When Paco Plaza and Jaume Balaguero’s [REC] first appeared in 2007, it was a much-needed kick up the arse to both the found-footage and zombie genres. Shot in near-real time, the Spanish duo spun a relentless tale of an outbreak of un-deadness in an apartment block in Barcelona, captured on film by a documentary crew.
Having the media stumble upon the biggest story of their (soon to be over) lives was the perfect excuse for them to continue filming when all Hell broke loose, usually the bane of all found-footage films, but it was the explanation of the outbreak that really set [REC] apart from it’s peers. A tense final scene revealed that Patient Zero wasn’t just a zombie, but a victim of demonic possession.
2009′s [REC]2 expanded on this premise, set on the same night (and for a while, concurrently with), as the original, this time with a squad of Special Forces Police, equipped with helmet cameras (again, a good explanation for constant filming) and a gang of miscreant teenagers in the wrong place at the wrong time.
This time around, the demonic angle was pushed to the fore, with the infected responding to religious iconography and communicating with a Priest sent in to retrieve a blood sample that will hopefully form the basis of a cure to the disease.
Even more than the original, the atmosphere of the film was that of a haunted house movie, all dark corridors and lurking terrors. Coupled with some genuinely unsettling ideas and the pair’s usual kinetic direction, it was a sequel every bit as good as the original, so hopes have been very high for the final two installments, the first of which is the prequel, [REC]3: Genesis.
For a start, Baluguero is gone; instead Plaza has been left to his own devices, with his partner taking Part 4, [REC]: Apocalypse to himself. More importantly, instead of a gut-churning scarefest, [REC]3: Genesis is a comedic love story, filmed as a regular movie.
To be fair, it’s a bold decision and rather than retread old ground, Plaza should be congratulated for trying something new with the franchise. It’s just a shame it doesn’t quite work.
Set at a wedding in a sprawling country manor, we’re introduced to the cast via the wobbly hand-held video we’ve come to expect from a [REC] film. As newlyweds Koldo and Clara, Diego Martin and Leticia Dolera make for a convincing young couple in love and their quest to find each other, which makes up the bulk of the movie, is convincing enough to make us care whether they actually do or not.
As the wedding video unfolds, we’re introduced to Uncle Pepe, sporting a bandaged hand, thanks to a bite from a dog that “looked dead then it just jumped right up”. From then on, the clock is ticking on Koldo and Clara’s big day. A glimpse of government officials in Hazmat suits on the outskirts of the grounds only adds to the feeling of impending doom.
This is offset however, with a brief interview with SpongeJohn, a scrawny children’s entertainer in a ludicrous costume, that can’t be associated with Spongebob for legal reasons. Coupled with some genuinely funny interplay dialogue and a light tone, it’s obvious, even at this early stage, that this is a different kind of film than it’s predecessors.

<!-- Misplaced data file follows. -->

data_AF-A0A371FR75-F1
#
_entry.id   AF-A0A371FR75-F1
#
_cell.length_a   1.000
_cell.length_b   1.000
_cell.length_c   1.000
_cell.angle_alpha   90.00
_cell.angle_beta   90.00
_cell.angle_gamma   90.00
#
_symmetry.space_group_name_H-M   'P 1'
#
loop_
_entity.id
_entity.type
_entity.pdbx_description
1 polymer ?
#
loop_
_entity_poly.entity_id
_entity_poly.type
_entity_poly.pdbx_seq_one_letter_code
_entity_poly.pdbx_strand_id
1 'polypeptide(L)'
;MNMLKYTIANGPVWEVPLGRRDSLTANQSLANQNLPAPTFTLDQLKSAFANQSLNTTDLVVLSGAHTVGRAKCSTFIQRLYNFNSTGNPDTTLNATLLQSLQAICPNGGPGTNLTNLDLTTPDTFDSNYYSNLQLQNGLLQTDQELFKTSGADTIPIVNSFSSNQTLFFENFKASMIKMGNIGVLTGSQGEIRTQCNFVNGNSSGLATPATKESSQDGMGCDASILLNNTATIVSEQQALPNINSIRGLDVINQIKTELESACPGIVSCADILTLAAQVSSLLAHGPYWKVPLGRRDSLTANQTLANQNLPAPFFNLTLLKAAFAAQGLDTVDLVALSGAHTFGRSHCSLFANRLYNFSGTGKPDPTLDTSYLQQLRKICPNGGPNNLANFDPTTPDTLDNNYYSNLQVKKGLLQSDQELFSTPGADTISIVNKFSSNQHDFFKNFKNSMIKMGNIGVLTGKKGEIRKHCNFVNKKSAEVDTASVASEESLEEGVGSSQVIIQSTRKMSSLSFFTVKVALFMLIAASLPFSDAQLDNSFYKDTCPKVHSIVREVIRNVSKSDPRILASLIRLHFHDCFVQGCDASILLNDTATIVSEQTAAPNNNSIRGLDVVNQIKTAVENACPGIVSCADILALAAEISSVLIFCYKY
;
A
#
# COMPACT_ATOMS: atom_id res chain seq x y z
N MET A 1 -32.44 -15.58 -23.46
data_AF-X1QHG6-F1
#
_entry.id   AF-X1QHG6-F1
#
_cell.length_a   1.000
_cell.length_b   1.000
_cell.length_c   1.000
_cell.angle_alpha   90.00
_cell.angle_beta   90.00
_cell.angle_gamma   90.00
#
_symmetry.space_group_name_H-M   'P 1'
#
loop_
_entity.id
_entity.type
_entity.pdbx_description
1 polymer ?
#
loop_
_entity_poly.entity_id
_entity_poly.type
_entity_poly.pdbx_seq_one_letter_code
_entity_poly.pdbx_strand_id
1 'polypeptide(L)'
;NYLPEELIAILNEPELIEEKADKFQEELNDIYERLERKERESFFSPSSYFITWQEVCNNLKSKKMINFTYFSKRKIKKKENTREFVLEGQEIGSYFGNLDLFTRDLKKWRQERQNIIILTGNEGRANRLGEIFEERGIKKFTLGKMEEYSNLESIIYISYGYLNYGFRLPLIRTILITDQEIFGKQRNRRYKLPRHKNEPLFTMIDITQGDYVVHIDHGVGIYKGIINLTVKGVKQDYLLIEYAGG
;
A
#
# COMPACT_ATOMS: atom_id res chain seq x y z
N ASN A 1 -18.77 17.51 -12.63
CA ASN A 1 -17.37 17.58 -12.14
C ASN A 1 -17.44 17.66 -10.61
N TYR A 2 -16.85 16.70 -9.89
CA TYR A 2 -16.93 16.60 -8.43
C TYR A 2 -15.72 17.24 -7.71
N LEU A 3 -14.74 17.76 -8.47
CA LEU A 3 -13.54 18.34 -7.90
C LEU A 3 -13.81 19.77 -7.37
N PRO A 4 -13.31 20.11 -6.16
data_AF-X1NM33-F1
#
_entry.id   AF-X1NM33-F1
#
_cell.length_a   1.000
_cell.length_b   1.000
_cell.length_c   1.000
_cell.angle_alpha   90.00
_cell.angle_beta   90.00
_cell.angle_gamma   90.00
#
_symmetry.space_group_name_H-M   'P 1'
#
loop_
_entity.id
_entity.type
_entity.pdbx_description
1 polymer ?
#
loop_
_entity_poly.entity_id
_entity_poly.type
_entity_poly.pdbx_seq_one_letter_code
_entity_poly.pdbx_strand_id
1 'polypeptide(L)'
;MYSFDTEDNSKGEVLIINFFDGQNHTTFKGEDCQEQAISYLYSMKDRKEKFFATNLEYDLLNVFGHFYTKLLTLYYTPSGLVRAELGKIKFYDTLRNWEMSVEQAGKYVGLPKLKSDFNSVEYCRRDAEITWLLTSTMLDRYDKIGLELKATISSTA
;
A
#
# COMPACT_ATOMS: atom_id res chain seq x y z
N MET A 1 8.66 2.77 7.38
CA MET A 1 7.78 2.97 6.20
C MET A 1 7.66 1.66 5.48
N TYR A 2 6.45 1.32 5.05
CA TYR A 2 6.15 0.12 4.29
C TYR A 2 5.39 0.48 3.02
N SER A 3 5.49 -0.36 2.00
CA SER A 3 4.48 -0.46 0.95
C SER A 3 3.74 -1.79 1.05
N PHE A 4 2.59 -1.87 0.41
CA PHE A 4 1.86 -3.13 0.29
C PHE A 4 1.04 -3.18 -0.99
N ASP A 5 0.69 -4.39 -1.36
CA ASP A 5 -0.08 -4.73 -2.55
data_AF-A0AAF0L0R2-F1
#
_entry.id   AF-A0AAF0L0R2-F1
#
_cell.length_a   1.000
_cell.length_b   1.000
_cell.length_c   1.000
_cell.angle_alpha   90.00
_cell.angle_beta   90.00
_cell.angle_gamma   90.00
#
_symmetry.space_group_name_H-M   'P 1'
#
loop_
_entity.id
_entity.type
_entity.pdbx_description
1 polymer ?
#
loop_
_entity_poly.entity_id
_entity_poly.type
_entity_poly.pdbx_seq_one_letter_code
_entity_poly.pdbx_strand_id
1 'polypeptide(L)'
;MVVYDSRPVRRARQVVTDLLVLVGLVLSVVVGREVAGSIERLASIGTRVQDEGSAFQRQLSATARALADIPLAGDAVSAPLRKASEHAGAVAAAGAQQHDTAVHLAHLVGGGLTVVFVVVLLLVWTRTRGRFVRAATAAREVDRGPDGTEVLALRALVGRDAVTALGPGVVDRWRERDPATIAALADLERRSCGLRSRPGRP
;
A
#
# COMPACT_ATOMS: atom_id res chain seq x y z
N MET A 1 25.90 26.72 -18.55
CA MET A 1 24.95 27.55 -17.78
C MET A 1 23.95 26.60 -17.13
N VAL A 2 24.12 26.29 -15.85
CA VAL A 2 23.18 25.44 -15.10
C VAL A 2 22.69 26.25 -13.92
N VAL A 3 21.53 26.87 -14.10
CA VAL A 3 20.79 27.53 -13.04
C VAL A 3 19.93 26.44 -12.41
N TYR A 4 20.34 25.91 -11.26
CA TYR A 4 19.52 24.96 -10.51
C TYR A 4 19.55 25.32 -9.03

It’s not long before Uncle Pepe turns and the carnage begins. It works perfectly, with the shaky camera work adding to the intensity and confusion as chaos ensues with the virus spreads rapidly resulting in the bride and groom being accidentally separated.
At this point, it is very much the [REC] that we know. Koldo scolds his cameraman nephew for still filming: “I have to, people have a right to know what’s going on” he replies. It’s a clever nod to conceit of the first film, before his camera is smashed to the ground as we fade to black amongst burning film stock and a title page.
From then on in, the found footage is abandoned and the movie takes a turn towards the traditional, as we are left with a classically-shot narrative. It’s a neat way to do it, but it’s the last time we see anything approaching original.
Instead, [REC] 3 becomes a regular, humorous zombie romp, with the unhappy couple fighting their way back to each other via a series of ever sillier set pieces. The groom’s adoption of a suit of medieval armour is a gag too far, but seeing a chainsaw-wielding bride chopping up zombies has an undeniably trashy appeal!
The change in filming style also allows is a better view of the infected and they don’t disappoint, being a mix of shambling Romero-style zombies and the more light-on-their-loafers types we’ve been used to in this series, with a nice touch being their reflections in mirrors showing their true demonic aspects.
The real problem [REC] 3: Genesis has is that’s it’s a sequel to [REC] and [REC] 2.
If it had been a standalone film, the humour, splatter gags and charismatic leads at the heart of the story would have been enough to make this blackest of comedies a joy to watch but in abandoning the unpredictability, tension and doom-laden horror of it’s predecessors, as well as the immersion that comes with hand-held footage, Plaza has only served to remind us of what we’re missing.
Hopefully Jaume Balaguero’s [REC] 4: Apocalypse will live up to it’s name and give us a conclusion that doesn’t stray too far from the original premise.
[REC]3: Genesis will screen as part of Film4 FrightFest and is available on UK DVD on September 3rd vis Entertainment One.